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UK police stop guarding Assange embassy, defers to 'covert' tactics

London's police service described the 24/7 detail as "no longer proportionate."

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Assange, speaking from the window of the Ecuadorean Embassy, London. (Image: Charlie Osborne/CBS Interactive)

London's Metropolitan Police Service (MPS) will no longer maintain an active police presence guarding the Ecuadorean embassy, which has held whistleblower Julian Assange since 2012.

The MPS said in a statement it will instead "deploy a number of overt and covert tactics to arrest him," but did not elaborate further.

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"The MPS has to balance the interests of justice in this case with the ongoing risks to the safety of Londoners and all those we protect, investigating crime and arresting offenders wanted for serious offenses, in deciding what a proportionate response is," the police service said.

Assange, founder and editor of leaking site WikiLeaks, entered the embassy to avoid extradition to Sweden to face questioning over sexual assault allegations, which he denies.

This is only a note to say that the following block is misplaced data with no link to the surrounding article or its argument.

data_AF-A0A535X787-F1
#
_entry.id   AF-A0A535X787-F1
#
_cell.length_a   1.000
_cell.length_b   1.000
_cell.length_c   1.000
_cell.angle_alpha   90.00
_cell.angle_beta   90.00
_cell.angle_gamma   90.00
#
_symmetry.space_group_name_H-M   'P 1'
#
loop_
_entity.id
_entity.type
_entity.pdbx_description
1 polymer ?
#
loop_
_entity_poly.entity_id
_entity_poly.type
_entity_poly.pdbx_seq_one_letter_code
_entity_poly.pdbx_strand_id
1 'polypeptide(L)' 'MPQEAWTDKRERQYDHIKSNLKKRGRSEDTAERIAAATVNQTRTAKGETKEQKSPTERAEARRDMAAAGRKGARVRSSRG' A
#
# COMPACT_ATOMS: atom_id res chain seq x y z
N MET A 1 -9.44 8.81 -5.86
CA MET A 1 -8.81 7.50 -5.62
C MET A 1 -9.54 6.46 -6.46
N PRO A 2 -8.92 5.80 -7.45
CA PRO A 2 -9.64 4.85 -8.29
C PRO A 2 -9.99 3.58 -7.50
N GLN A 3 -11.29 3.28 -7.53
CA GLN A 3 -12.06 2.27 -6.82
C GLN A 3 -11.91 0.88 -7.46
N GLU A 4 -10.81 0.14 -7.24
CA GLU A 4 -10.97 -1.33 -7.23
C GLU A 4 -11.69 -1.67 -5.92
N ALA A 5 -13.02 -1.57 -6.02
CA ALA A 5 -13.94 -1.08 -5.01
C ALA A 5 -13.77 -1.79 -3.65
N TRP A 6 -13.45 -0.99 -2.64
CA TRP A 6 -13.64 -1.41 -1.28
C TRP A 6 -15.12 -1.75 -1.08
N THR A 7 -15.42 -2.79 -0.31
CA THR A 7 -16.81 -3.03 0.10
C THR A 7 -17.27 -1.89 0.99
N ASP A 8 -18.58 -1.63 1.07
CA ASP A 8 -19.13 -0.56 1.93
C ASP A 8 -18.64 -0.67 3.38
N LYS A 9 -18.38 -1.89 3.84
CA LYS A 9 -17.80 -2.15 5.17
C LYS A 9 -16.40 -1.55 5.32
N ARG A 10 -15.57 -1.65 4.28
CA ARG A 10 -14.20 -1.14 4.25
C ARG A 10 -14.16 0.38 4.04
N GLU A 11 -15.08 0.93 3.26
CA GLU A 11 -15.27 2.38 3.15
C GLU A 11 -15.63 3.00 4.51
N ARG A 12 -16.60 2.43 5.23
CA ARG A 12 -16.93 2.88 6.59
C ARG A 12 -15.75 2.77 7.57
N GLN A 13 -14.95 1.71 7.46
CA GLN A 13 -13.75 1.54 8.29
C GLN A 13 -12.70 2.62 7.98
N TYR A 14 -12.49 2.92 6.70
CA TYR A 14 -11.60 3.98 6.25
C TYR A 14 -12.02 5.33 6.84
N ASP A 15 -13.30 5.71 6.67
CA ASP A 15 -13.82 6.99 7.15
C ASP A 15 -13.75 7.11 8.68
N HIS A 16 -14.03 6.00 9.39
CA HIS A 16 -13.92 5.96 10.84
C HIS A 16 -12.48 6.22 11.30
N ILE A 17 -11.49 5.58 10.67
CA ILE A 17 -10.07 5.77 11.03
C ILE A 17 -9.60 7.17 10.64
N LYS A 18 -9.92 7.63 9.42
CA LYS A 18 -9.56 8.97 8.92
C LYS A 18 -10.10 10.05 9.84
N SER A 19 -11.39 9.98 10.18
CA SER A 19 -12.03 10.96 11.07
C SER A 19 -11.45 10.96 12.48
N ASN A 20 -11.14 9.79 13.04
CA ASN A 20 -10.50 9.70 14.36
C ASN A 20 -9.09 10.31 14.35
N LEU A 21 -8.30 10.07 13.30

British police want to arrest Assange for skipping police bail ahead of his extradition.

The Ecuadorean government granted Australian-born Assange asylum days later.

Assange has previously voiced his concerns that he will be forced to travel to the US, where he could face espionage charges for leaking thousands of classified documents online, including the so-called "Spy Files," the "Syria Files," and, more recently, documents relating to the National Security Agency surveillance scandal.

The standoff has continued for more than three years.

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British police are not allowed to enter the embassy without authorization from its ambassador or home country, which has been repeatedly denied.

But under the Vienna Convention, an international treaty that set up the diplomatic system, the host country is charged with protecting foreign embassies and missions.

The cost of guarding the embassy around the clock has been estimated at more than £12 million ($18.4m) since Assange entered the embassy in 2012.